The story of “our” whale:
When the devastating news that a 73-ft long female blue whale had suffered a lethal injury from a ship’s propeller off our coast in 2009 became public, the community of Fort Bragg came together. Seeing this beautiful whale washed up on shore was so moving that members of our community voiced an idea to salvage the skeleton for Fort Bragg, regardless of the fact that there would be no agency or university leading the effort. Working with NOAA, the City was able to obtain rights to acquire the skeleton for eventual public display. More than 200 people walked away from their normal lives to participate in an unprecedented community effort to haul 70-tons of bones and blubber up a 40-foot cliff and bury the whale in compost out in the forest. It was a monumental task.
Students from all over got a once-in-a-lifetime blue whale-sized anatomy lesson during the flensing process as we worked with national experts to provide as many samples for research as possible.
After four years of sitting in compost and sand in large pits in the forest, our amazing volunteers once again came together with the City of Fort Bragg to carefully dig out each bone. Thankfully, microbes and insects had done a good job, and most of the flesh was gone. Some bones, like the caudal vertebrae near the tail, were still encased in very strong connective tissue and had to be put back in compost to finish the job. The bones were trucked to the wastewater treatment plant in Fort Bragg where we have been cleaning and scrubbing them (what a great place for this dirty job!)
The skeleton is now in storage awaiting funding to begin the next stage of the restoration process: degreasing to remove the (extremely smelly!) internal oils.
Cleaning – We have already come a long way in preparing our blue whale skeleton for display. Members of our community who helped to collect the skeleton flensed away about 70 tons of flesh to extract the bones. We have since relied on composting, insects and soil microorganisms to remove the remaining soft tissues and we’re ready to move on to the next stage.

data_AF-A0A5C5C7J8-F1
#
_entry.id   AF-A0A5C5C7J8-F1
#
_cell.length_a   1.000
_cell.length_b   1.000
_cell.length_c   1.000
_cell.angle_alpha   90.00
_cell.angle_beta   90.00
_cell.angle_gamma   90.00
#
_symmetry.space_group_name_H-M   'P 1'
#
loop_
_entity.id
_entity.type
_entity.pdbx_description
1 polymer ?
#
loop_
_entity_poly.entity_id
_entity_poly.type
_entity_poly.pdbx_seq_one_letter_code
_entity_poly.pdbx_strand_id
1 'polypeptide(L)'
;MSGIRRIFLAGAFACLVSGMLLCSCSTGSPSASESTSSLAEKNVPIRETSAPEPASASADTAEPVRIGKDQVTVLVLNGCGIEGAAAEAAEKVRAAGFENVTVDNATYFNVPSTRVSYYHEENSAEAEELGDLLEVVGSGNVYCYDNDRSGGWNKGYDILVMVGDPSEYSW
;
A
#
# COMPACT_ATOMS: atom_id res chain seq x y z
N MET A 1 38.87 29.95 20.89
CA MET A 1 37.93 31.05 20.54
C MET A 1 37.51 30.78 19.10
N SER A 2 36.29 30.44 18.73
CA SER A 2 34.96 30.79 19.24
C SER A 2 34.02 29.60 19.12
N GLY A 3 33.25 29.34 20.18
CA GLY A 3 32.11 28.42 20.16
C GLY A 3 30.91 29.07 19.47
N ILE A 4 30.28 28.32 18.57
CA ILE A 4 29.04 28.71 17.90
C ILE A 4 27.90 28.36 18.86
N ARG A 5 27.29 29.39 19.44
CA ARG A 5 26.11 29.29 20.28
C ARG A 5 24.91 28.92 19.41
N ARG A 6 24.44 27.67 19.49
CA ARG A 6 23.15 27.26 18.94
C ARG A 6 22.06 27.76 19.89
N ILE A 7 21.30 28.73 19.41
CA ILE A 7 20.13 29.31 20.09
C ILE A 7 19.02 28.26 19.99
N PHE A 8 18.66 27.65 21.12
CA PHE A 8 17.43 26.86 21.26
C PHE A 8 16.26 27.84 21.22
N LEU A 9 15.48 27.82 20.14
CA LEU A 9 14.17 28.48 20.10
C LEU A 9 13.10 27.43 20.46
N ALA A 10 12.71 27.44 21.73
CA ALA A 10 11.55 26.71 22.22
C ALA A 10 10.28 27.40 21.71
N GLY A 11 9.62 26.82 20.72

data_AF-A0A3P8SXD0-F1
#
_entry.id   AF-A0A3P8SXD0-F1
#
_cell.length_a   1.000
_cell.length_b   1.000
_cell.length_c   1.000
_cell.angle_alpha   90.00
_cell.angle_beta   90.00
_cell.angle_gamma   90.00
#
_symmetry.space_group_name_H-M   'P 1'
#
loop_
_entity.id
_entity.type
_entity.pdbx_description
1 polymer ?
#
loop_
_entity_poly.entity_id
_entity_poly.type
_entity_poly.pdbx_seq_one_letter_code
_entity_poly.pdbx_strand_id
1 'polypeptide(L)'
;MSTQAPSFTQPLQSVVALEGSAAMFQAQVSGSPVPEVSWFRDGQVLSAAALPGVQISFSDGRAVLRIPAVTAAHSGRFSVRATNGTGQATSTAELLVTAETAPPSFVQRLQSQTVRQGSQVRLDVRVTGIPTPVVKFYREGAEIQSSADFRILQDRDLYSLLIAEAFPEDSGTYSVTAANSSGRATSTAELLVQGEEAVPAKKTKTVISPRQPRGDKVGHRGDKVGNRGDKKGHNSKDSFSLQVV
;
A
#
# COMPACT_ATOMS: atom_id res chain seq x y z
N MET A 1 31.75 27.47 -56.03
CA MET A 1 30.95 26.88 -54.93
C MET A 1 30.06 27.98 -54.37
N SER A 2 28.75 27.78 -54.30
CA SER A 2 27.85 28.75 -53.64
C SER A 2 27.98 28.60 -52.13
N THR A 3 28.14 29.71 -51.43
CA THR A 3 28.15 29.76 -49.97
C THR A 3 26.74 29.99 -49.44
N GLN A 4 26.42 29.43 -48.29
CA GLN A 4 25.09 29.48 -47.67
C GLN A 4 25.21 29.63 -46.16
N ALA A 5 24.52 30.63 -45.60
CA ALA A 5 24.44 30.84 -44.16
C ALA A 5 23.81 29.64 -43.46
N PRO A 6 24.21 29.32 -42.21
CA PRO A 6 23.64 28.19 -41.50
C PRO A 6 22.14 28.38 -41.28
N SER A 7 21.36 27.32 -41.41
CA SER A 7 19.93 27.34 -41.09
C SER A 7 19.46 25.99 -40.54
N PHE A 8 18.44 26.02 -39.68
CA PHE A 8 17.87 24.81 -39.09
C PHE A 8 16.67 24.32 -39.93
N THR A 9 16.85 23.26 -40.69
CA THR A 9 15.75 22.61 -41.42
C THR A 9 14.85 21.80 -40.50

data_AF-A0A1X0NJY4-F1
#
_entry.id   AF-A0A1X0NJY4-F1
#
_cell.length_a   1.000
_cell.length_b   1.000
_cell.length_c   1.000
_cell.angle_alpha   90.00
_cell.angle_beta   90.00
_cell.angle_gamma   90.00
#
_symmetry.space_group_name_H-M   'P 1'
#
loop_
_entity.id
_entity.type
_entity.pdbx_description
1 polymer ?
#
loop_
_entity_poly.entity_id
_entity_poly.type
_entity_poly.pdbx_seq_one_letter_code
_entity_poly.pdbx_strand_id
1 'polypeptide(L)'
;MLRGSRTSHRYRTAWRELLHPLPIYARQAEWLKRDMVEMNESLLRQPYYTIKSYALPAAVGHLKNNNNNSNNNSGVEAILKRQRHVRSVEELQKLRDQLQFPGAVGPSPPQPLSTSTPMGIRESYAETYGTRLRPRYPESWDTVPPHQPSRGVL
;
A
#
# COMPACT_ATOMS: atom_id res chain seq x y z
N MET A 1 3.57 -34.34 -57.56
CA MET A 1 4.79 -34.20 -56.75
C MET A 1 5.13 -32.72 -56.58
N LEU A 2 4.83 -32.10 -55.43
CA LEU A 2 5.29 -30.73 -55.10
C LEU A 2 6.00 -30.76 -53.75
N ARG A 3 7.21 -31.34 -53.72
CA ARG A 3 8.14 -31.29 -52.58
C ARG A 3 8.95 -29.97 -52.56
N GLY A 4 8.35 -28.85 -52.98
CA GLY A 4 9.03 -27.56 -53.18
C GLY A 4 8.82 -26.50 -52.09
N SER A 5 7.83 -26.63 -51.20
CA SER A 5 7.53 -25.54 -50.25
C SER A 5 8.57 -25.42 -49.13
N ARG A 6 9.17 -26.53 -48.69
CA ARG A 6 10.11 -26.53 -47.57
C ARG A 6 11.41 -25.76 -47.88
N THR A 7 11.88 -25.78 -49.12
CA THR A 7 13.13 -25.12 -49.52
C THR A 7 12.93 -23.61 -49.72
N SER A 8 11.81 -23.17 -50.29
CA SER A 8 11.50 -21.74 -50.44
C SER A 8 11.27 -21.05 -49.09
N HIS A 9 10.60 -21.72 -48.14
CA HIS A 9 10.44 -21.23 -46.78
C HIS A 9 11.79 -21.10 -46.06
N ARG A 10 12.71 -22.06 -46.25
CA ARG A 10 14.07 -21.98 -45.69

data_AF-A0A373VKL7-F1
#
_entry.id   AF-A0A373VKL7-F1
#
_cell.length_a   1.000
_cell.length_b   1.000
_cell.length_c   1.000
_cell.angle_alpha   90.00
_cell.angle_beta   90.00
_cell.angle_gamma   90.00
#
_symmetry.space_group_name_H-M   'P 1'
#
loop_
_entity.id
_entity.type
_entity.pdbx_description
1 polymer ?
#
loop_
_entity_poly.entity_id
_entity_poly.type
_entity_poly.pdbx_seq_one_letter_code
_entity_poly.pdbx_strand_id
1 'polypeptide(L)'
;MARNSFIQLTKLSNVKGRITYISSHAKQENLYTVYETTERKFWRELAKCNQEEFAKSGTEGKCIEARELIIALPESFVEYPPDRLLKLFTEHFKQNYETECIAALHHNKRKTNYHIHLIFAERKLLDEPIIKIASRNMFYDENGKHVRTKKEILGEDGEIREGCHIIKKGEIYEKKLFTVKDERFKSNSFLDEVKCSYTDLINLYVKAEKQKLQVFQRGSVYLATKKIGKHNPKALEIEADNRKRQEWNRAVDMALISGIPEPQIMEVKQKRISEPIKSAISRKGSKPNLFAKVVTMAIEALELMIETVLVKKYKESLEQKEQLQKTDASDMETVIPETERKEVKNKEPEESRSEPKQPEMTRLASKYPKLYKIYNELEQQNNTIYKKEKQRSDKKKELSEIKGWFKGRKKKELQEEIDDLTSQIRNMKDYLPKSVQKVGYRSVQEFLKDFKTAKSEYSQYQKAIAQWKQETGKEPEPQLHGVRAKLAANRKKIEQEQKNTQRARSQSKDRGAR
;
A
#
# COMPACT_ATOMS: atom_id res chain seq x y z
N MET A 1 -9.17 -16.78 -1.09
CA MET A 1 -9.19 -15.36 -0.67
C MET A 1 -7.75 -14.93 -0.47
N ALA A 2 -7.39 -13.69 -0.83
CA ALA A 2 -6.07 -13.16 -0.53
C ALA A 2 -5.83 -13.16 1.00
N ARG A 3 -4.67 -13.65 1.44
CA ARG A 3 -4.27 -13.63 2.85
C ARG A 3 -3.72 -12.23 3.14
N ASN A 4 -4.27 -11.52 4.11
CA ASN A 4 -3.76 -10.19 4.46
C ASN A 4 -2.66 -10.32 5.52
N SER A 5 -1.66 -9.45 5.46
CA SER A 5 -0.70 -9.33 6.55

Degreasing – Whale bones are composed of both compact and cancellous hard tissues. Compact bone is found in the outer regions of bones and in the load-bearing regions of the skeleton. It is solid and dense. Cancellous bone, on the other hand, is sponge-like. It is less rigid and is filled with oil that serves as a nutrient reserve and aids in buoyancy in living whales. Did you know that this oil can comprise up to 40-50% of the weight of a blue whale skeleton??!
Left alone, the oil quickly becomes rancid and unbelievably stinky in saturated whale bones. Understandably, for a public display, 100% of this stinky oil must be removed. Extracting the oil without damaging the hard bony tissues is by far the biggest challenge in the job of preparing a whale skeleton for display and this step will take several months to complete carefully. We are currently working with a team of experienced scientists to plan our degreasing strategy and we are working hard to raise funds to get this step underway.
Restoration – Since our whale encountered a ship’s propeller, several vertebrae and parts of the skull have been damaged. We want the public to know the story of our whale’s death so we plan to do minimal repair to these areas. However, more trauma to the skeleton occurred when the carcass was washed up on the beach since whale skeletons are not built for bearing their own weight on land. We plan to restore these broken bones to their original condition.
There are many great artistic products that are available to articulators and museum conservators to do this kind of restoration. This stage is very fun and will involve learning blue whale anatomy in great detail and calling on a talented team of artists to repair, sculpt and paint the broken areas to restore the skeleton. Next, we’ll be ready to put our bones back together.
Articulation – The world of a whale remains mysterious to most of us since the vast amount of its time is spent below the surface of the ocean. Most historic articulations of large whales portray, well, the dead whale that was found on land. The recent advancement of underwater remote sensing technology has shed much light on the amazingly dynamic lives that whales actually lead under water and off-shore. This has allowed the science of whale skeleton articulation to progress beyond an anatomical exercise into an exciting discipline that fuses science and art.